It didn’t help that cameras showed Gaston sitting in the dugout shaking his head while boos reigned down. [Forward to the 3:28:00 mark of this YouTube video to see the ninth inning]

When the game ended and the jeering reached its peak, Hentgen and Mussina walked in from the outfield to join the rest of their AL teammates. There was no atypical reaction from the manager or the pitcher, recalls Hentgen. Gaston later revealed to media that he hadn’t planned to use Mussina, while the right-hander said he was simply getting his mound work in.

Dave Perkins, a longtime journalist with the Toronto Star who covered the ’93 game, says Gaston took the ordeal personally. The manager was already being criticized for the fact that seven players, or 25 per cent, of the AL roster were Blue Jays and this only piled on.

“Cito was astounded at the reaction, at how sour everybody was,” Perkins says. “People were throwing stuff at him. Cito was a little more astounded that people weren’t happy that the American League won big. He never had a soft spot for Baltimore again.”

Perkins recalls later that year when the Blue Jays visited Baltimore, some Orioles fans were wearing a T-shirt that portrayed Gaston as cartoon character Butt-Head from the popular ’90s TV show Beavis and Butt-Head.

“Cito said to me, ‘Can you get me one of those shirts?’” remembers Perkins, who managed to find one on a street corner near the stadium. “I never saw him wear it. I think it was just more like another souvenir. Cito didn’t care about it. He was used to people hating the opposition. But it got pretty personal, as long as he was in Baltimore the rest of his career. Cito was pretty defiant about stuff.”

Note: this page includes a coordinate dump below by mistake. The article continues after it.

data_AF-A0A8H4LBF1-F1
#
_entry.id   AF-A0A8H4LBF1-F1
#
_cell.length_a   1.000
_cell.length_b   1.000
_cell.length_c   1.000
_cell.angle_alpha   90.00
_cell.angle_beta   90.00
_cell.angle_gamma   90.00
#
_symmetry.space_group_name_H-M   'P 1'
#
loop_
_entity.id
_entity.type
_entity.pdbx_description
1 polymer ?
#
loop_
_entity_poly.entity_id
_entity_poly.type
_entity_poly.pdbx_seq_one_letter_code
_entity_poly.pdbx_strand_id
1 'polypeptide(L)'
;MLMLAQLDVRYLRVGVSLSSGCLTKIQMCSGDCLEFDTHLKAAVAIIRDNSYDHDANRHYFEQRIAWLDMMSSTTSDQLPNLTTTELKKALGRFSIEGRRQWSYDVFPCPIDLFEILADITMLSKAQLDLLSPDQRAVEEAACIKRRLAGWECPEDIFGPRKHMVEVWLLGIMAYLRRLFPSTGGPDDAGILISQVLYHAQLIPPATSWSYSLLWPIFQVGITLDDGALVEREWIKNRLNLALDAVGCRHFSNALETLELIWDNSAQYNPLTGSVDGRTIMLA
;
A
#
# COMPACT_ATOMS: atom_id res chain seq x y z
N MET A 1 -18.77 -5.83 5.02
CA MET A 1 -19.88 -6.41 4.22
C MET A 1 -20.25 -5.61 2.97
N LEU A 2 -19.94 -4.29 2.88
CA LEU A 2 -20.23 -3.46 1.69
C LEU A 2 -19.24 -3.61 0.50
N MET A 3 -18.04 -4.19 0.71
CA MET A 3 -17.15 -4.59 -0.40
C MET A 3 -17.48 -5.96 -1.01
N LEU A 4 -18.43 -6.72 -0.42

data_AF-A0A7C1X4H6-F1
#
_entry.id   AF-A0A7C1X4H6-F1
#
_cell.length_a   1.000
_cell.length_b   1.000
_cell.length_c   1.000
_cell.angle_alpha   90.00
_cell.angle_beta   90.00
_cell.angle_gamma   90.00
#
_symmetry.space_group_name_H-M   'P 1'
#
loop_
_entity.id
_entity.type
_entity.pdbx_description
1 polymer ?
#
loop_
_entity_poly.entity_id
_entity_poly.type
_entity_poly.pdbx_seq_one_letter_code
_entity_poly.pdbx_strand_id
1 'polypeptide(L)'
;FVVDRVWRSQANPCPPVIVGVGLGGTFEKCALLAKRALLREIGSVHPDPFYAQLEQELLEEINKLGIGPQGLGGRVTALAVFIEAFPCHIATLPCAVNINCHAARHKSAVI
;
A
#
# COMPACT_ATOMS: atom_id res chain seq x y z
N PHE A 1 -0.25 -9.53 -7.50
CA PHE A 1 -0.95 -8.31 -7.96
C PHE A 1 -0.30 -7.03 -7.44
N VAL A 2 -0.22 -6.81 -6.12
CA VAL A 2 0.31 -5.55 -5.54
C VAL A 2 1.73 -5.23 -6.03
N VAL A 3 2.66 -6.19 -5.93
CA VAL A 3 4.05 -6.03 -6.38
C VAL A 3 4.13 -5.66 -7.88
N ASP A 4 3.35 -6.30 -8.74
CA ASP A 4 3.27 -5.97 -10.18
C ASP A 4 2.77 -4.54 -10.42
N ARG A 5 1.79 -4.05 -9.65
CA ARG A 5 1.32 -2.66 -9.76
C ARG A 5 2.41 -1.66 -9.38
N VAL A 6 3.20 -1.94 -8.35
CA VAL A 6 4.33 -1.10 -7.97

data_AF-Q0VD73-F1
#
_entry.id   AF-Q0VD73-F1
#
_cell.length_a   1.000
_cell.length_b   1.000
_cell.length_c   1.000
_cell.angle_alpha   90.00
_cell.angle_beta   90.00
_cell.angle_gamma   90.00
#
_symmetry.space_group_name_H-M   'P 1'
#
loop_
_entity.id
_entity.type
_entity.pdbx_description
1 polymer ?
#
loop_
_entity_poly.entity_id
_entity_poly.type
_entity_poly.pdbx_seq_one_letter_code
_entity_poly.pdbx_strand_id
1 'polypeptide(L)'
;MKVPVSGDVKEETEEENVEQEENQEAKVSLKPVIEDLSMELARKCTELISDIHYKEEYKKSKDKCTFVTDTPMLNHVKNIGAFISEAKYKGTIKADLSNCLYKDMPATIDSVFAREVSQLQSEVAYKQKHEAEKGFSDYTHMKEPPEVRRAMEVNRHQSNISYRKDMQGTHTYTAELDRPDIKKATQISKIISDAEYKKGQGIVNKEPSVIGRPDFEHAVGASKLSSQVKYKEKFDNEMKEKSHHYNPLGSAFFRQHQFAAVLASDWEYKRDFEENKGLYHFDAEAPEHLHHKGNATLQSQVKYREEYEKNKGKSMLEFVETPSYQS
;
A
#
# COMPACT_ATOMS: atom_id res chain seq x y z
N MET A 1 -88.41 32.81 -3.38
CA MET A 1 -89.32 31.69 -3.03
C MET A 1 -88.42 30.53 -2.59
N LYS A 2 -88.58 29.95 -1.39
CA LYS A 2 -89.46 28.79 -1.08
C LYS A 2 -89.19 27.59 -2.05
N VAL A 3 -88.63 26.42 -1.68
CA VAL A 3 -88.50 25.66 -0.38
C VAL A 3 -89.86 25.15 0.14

Courtesy, The Toronto Star

Perkins, who covered Gaston for several years, says he wasn’t surprised at how the situation played out during the 1993 all-star game, noting the manager had a well-known tendency to lean more on veterans than young players.

“He did what he thought was right in the ballgame,” says Perkins. “If he had said, ‘You’re the young guy, you’re the extra-inning guy,’ that’s what he thought was the right thing. I guess if he looked at it the other way, yeah, probably he should have got Mussina in, but he made up his mind and that’s how he did things. That’s how he managed.”

Any disappointment that Hentgen felt at not appearing in the contest was tapered by the happiness he shared with Ward, who was making the only all-star appearance of his nine-year MLB career. As it turned out, just like Gaston predicted, Hentgen made the all-star team again the following year.

“Sure enough, he was right. I went back to a couple more,” says Hentgen, who also appeared in the 1997 contest. “It was no big deal. Guys that were veterans in their eighth, ninth, 10th year in the league, it could very well be their last all-star game. For some of them it was. Cito was good at seeing the big picture as opposed to me being a 24-year-old starting pitcher at the all-star game.

“It was tough for me to perceive things the way he did at his age with his maturity, wisdom and experience, versus what I was: Young and just excited to be there.”